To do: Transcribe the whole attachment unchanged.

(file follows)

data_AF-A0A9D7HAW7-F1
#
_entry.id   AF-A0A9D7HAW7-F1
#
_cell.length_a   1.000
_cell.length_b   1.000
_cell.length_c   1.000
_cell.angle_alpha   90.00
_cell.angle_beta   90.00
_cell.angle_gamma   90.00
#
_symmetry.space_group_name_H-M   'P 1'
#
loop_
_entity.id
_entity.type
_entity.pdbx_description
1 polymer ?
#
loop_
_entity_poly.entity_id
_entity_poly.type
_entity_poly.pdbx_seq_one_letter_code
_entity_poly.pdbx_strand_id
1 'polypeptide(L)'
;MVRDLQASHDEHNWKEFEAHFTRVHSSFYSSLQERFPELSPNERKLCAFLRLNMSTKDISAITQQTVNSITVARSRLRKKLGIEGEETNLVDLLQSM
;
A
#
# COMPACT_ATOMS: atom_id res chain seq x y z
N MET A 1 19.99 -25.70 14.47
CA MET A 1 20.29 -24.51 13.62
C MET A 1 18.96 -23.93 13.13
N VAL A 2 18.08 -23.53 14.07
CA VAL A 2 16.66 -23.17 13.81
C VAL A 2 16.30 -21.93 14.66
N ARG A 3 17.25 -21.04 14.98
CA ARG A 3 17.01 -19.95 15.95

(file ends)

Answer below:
data_AF-A0A9D7HAW7-F1
#
_entry.id   AF-A0A9D7HAW7-F1
#
_cell.length_a   1.000
_cell.length_b   1.000
_cell.length_c   1.000
_cell.angle_alpha   90.00
_cell.angle_beta   90.00
_cell.angle_gamma   90.00
#
_symmetry.space_group_name_H-M   'P 1'
#
loop_
_entity.id
_entity.type
_entity.pdbx_description
1 polymer ?
#
loop_
_entity_poly.entity_id
_entity_poly.type
_entity_poly.pdbx_seq_one_letter_code
_entity_poly.pdbx_strand_id
1 'polypeptide(L)'
;MVRDLQASHDEHNWKEFEAHFTRVHSSFYSSLQERFPELSPNERKLCAFLRLNMSTKDISAITQQTVNSITVARSRLRKKLGIEGEETNLVDLLQSM
;
A
#
# COMPACT_ATOMS: atom_id res chain seq x y z
N MET A 1 19.99 -25.70 14.47
CA MET A 1 20.29 -24.51 13.62
C MET A 1 18.96 -23.93 13.13
N VAL A 2 18.08 -23.53 14.07
CA VAL A 2 16.66 -23.17 13.81
C VAL A 2 16.30 -21.93 14.66
N ARG A 3 17.25 -21.04 14.98
CA ARG A 3 17.01 -19.95 15.95